It’s a cliché to say that the geology of a place defines so much of what occurs on it, but the case of dolerite in Tasmania truly bears this theory out. This igneous rock is prevalent throughout the island, defining many of its distinctive mountains and soaring sea cliffs, and was among the first physical attributes noted by seventeenth and eighteenth century seafarers – indeed, Abel Tasman saw little else other than dolerite coastal scenery in his 1642 voyage.
Tasmania’s dolerite correlates with similar formations in Antarctica and South Africa – evidence of Gondwana’s violent break-up during the Jurassic period, when vast quantities of molten rock pushed up from deep in the earth through weak points in the Earth’s crust. Tasmania’s dolerite-capped highlands were at the right latitude to experience erosion by the freeze-thaw phenomenon during the most recent Ice Age.
Dolerite has influenced the settlement and development of Tasmania, including the location of roads, rail, mines and agriculture. The rock has also directly affected the biology of the island, creating unique habitats for plants and animals; indeed, it was the botanist, Robert Brown, who made the first recorded geophysical observation related to dolerite – when he climbed Mt Wellington in 1804 and noted that the “perpendicular rocks atop Table Mountain affected the compass needle”.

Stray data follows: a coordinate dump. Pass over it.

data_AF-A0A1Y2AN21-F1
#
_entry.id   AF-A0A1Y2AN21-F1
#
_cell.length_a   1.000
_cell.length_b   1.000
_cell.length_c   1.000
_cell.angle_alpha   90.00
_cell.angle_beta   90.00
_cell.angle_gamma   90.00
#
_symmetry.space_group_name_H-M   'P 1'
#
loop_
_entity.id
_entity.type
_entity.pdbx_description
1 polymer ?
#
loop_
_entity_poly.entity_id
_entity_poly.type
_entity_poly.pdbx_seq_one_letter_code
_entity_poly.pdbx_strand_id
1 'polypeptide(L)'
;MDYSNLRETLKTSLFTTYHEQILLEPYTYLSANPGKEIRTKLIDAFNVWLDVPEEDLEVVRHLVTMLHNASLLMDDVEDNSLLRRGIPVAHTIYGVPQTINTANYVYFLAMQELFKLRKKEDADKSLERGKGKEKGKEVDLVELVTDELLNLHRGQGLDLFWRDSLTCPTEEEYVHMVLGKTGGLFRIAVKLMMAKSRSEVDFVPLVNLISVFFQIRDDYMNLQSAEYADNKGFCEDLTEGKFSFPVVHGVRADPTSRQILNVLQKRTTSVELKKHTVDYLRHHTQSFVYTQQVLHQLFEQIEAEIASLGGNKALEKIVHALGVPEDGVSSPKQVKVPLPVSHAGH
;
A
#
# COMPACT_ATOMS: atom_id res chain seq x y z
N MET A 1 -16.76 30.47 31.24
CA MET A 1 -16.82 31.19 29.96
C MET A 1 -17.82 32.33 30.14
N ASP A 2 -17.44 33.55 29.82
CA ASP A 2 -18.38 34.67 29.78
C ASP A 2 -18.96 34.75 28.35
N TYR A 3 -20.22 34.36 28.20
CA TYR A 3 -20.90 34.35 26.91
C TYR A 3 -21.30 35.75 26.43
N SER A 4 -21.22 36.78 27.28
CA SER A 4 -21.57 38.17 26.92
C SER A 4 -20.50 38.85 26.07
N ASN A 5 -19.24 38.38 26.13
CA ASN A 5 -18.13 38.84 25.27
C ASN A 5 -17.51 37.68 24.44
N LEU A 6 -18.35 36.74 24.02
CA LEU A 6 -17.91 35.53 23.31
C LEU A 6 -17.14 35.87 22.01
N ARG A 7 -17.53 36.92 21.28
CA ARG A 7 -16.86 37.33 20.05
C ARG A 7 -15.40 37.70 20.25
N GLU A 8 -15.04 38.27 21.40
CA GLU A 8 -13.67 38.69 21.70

Despite its majestic appearance, dolerite’s physical properties have not always been warmly received, being a very hard rock, difficult to drill, shape or quarry, and forming only thin, rocky soils. A government report in 1937, noted:
“... in the central plateau and the higher portions of the State all the overlying sedimentaries have been denuded away and the diabase [i.e. dolerite] forms the surface. It destroyed the coal measures and itself is barren of all mineral wealth and use, except as road metal. It is so dense and hard that the soil washes away as rapidly as the rock decays. It is Tasmania’s curse.”